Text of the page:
The Amplatz canine duct occluder: a novel device for patent ductus arteriosus occlusion.
ABSTRACT The Amplatz canine duct occluder (ACDO) is a nitinol mesh device with a short waist that separates a flat distal disc from a cupped proximal disc. The device is designed to conform to the morphology of the canine patent ductus arteriosus (PDA). PDA dimensions are determined by angiography, and a guiding catheter is advanced into the main pulmonary artery via the aorta and PDA. An ACDO with a waist diameter approximately twice the angiographic minimal ductal diameter (MDD) is advanced via the catheter using an attached delivery cable until the flat distal disc deploys within the main pulmonary artery. The partially deployed ACDO, guiding catheter, and delivery cable are retracted until the distal disc engages the pulmonic ostium of the PDA. With the delivery cable stabilized, the catheter is retracted to deploy the waist across the pulmonic ostium and cupped proximal disc within the ductal ampulla. Tension on the delivery cable is released, and correct ACDO positioning and stability are confirmed by observing that the device assumes its native shape, back-and-forth maneuvering of the delivery cable, and a small contrast injection made through the guiding catheter. The delivery cable is detached and removed with the guiding catheter. To assess for any residual ductal flow, an angiogram is performed at the conclusion of the procedure, followed by Doppler echocardiography at 1 day and 3 months post-procedure. PDA occlusion in dogs with the ACDO is straightforward and extremely effective across a wide range of body weights, somatotypes, MDDs, and ductal morphologies.
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ABSTRACT: Angiography and fluoroscopy are the standard methods to guide transcatheter occlusion of patent ductus arteriosus (PDA). The use of iodinated contrast agents and radiation exposure pose risks of animals and staff. To assess feasibility of transesophageal echocardiography (TEE) for device size selection and procedure monitoring for PDA occlusion with a duct occluder (DO) without the use of angiography. Eighty client-owned dogs with left-to-right PDA. Prospective study. Dogs with left-to-right PDA undergoing transcatheter occlusion were included. Procedures were performed without angiography and device size selection was based on TEE measurements. Procedures were monitored with simultaneous TEE and fluoroscopy and both methods were compared. Visualization of the ductus and dimensions obtained by TEE and transthoracic echocardiography (TTE) were compared. Complete PDA occlusion was achieved in 79/80 cases. TEE was consistently superior to TTE for PDA visualization and the latter showed higher values for ductal dimensions when compared to the former. TEE provided adequate procedure monitoring in 73 cases (91%). Fluoroscopy exposure time (2.77 ± 1.2 minutes (mean, SD)) was lower than previously reported for the same procedure. TEE is a useful and efficient tool for device size selection and can be used for procedure monitoring in most cases. Fluoroscopy exposure time can be reduced and the use of contrast agents can be avoided. However, fluoroscopy is required in a minority of cases when TEE monitoring is not feasible or incomplete and should be available for this procedure.Journal of Veterinary Internal Medicine 10/2013; · 2.06 Impact Factor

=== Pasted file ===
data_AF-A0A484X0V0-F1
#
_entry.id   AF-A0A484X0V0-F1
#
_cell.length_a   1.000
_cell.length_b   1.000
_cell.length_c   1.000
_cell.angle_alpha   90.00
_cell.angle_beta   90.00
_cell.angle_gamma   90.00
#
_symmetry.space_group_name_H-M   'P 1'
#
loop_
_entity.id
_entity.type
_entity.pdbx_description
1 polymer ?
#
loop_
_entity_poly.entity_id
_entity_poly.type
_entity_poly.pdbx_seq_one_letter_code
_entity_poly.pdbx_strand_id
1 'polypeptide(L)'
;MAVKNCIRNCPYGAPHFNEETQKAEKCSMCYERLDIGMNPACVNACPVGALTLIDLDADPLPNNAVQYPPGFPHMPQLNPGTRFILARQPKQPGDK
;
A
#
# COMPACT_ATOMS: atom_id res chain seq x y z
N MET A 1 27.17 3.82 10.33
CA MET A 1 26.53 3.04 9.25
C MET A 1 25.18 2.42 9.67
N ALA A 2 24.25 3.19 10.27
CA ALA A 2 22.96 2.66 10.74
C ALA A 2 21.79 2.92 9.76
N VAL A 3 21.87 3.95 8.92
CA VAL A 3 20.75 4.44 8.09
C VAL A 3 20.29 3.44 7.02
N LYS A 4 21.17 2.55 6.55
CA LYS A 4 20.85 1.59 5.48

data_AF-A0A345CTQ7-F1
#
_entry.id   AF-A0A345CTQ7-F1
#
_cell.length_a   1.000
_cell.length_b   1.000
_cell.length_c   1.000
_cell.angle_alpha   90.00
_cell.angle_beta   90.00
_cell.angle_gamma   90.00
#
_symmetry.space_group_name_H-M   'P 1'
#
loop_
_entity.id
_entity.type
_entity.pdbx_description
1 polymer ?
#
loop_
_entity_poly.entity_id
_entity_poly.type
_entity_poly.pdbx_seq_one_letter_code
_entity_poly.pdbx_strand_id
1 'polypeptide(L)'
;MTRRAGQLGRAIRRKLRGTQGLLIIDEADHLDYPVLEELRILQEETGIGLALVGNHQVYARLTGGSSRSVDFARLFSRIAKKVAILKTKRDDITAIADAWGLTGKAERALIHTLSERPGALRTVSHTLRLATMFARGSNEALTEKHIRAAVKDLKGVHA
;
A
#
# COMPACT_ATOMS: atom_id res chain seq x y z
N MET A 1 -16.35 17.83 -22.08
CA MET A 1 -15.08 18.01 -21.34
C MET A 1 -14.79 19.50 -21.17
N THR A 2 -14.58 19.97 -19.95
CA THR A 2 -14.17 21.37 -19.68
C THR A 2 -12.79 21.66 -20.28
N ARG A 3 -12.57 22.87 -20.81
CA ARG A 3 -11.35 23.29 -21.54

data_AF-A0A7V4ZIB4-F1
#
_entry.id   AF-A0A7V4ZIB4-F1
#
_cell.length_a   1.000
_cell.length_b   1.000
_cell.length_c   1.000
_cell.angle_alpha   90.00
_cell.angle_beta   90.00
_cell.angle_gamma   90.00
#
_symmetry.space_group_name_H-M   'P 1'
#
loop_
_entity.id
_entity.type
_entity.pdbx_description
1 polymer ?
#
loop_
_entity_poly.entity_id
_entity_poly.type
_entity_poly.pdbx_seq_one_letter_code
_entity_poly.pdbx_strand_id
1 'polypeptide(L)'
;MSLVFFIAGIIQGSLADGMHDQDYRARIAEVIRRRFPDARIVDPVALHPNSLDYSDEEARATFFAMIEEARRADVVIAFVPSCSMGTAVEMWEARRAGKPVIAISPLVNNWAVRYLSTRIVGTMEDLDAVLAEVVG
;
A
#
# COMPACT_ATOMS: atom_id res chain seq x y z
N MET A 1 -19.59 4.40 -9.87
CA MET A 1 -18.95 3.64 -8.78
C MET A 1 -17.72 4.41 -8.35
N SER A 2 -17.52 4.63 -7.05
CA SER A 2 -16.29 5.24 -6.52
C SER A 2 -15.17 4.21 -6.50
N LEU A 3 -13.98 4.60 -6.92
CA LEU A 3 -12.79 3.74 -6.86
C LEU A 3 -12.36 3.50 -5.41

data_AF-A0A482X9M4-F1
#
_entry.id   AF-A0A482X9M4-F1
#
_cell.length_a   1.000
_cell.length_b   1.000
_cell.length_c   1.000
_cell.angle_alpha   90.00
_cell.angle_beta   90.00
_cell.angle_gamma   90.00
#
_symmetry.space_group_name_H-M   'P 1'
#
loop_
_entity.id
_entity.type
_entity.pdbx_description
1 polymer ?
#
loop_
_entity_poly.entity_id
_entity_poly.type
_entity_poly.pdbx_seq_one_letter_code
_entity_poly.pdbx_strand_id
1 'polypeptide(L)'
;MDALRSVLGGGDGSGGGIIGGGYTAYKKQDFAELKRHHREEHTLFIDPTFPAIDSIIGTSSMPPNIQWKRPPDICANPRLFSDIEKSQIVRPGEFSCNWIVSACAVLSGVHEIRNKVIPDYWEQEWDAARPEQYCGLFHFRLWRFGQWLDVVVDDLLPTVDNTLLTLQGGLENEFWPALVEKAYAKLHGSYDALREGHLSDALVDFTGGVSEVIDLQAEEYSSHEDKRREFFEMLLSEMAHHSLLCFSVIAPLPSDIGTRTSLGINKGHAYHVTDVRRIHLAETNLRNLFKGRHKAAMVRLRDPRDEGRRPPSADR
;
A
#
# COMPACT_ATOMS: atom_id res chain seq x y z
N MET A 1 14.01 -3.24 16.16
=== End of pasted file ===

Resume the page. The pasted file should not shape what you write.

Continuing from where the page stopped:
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ABSTRACT: A 5-year old, 5.8 kg, castrated male Pomeranian was diagnosed with a type IIa patent ductus arteriosus (PDA) with a minimal ductal diameter of 3.5 mm and ampulla width of 7.1 mm based on angiographic assessment. A 6 mm Amplatz(®) Canine Duct Occluder (ACDO) was deployed within the PDA. Once deployed, the device assumed it's native shape and back-and-forth maneuvering was performed with the delivery cable to assess device stability. Device position and complete occlusion were confirmed with both angiography and transesophageal echocardiography prior to and after release of the device. The device location was confirmed within the ductus arteriosus by echocardiography prior to discharge. The dog was discharged with instructions for strict activity restriction. Two days after discharge, the dog was left unsupervised in the backyard and shortly afterwards was found coughing with severe respiratory distress. The dog was evaluated at an emergency hospital and thoracic radiographs documented embolization of the ACDO to the main pulmonary artery along with a severe alveolar pattern throughout the right lung fields. Shortly after obtaining thoracic radiographs, the dog experienced cardiopulmonary arrest with unsuccessful resuscitation. This case describes a possible complication of transcatheter PDA occlusion with an ACDO, which has not been previously reported. An incident report, or catalog of adverse events with these devices, may prove useful in identifying additional fatal complications that others may have encountered, but are not reported in the literature. The report of this complication emphasizes the importance of strict activity restriction after device placement in dogs.Journal of veterinary cardiology: the official journal of the European Society of Veterinary Cardiology 10/2013;
- Kafkas Üniversitesi Veteriner Fakültesi Dergisi 01/2014; · 0.29 Impact Factor